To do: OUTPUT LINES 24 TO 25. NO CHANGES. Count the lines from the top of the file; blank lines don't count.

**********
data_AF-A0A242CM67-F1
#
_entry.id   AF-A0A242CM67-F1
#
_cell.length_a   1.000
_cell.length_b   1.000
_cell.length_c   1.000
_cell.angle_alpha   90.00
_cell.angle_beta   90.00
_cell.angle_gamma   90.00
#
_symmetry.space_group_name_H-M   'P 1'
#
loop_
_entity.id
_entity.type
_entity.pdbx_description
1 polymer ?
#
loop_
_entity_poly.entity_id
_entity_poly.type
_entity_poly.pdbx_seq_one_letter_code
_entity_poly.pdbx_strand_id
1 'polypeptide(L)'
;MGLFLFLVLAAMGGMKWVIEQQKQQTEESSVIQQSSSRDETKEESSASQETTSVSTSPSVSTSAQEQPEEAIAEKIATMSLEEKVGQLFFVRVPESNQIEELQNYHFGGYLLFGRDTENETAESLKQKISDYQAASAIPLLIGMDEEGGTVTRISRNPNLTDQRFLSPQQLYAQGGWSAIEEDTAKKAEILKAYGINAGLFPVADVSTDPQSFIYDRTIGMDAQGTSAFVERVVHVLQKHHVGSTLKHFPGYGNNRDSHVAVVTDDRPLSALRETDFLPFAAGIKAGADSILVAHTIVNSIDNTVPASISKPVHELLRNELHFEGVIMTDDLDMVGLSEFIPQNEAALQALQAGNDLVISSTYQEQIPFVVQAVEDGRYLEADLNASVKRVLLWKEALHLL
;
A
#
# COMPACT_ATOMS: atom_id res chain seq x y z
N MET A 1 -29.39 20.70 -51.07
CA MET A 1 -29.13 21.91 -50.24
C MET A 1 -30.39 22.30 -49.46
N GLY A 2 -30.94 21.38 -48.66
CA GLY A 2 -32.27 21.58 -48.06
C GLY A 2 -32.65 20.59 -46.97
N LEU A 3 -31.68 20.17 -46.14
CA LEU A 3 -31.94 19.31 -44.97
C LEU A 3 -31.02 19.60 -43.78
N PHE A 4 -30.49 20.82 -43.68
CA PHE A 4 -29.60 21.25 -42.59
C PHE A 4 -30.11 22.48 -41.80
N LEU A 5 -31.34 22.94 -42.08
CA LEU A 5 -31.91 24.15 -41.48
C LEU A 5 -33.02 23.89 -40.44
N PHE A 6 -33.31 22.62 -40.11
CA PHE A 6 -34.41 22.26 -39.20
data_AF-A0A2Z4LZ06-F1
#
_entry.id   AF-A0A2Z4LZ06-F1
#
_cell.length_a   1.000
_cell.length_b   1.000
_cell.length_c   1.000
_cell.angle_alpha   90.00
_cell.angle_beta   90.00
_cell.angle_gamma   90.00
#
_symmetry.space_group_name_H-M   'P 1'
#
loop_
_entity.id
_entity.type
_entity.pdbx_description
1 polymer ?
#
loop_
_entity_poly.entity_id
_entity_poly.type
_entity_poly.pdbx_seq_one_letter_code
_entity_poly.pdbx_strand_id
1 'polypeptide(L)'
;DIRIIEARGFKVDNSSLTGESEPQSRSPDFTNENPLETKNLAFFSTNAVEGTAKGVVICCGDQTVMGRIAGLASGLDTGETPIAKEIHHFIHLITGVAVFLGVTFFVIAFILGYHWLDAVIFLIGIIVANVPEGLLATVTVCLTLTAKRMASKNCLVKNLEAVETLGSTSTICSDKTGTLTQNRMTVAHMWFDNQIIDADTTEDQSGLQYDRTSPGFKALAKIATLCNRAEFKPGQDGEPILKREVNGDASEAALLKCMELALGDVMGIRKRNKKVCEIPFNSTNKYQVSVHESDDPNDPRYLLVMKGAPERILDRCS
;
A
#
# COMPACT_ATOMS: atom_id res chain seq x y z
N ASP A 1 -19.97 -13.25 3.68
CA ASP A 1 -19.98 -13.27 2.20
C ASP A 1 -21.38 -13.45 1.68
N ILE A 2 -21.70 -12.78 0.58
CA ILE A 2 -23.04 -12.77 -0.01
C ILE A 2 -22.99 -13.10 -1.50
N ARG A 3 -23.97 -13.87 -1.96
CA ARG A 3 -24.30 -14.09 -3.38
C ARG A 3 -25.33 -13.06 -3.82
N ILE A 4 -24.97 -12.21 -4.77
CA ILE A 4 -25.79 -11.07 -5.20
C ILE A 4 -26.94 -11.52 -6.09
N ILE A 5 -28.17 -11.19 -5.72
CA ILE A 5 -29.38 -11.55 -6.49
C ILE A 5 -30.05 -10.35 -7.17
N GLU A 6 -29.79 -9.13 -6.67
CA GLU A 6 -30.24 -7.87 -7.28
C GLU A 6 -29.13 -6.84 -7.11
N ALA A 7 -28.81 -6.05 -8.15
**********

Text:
_entity_poly.pdbx_strand_id
1 'polypeptide(L)'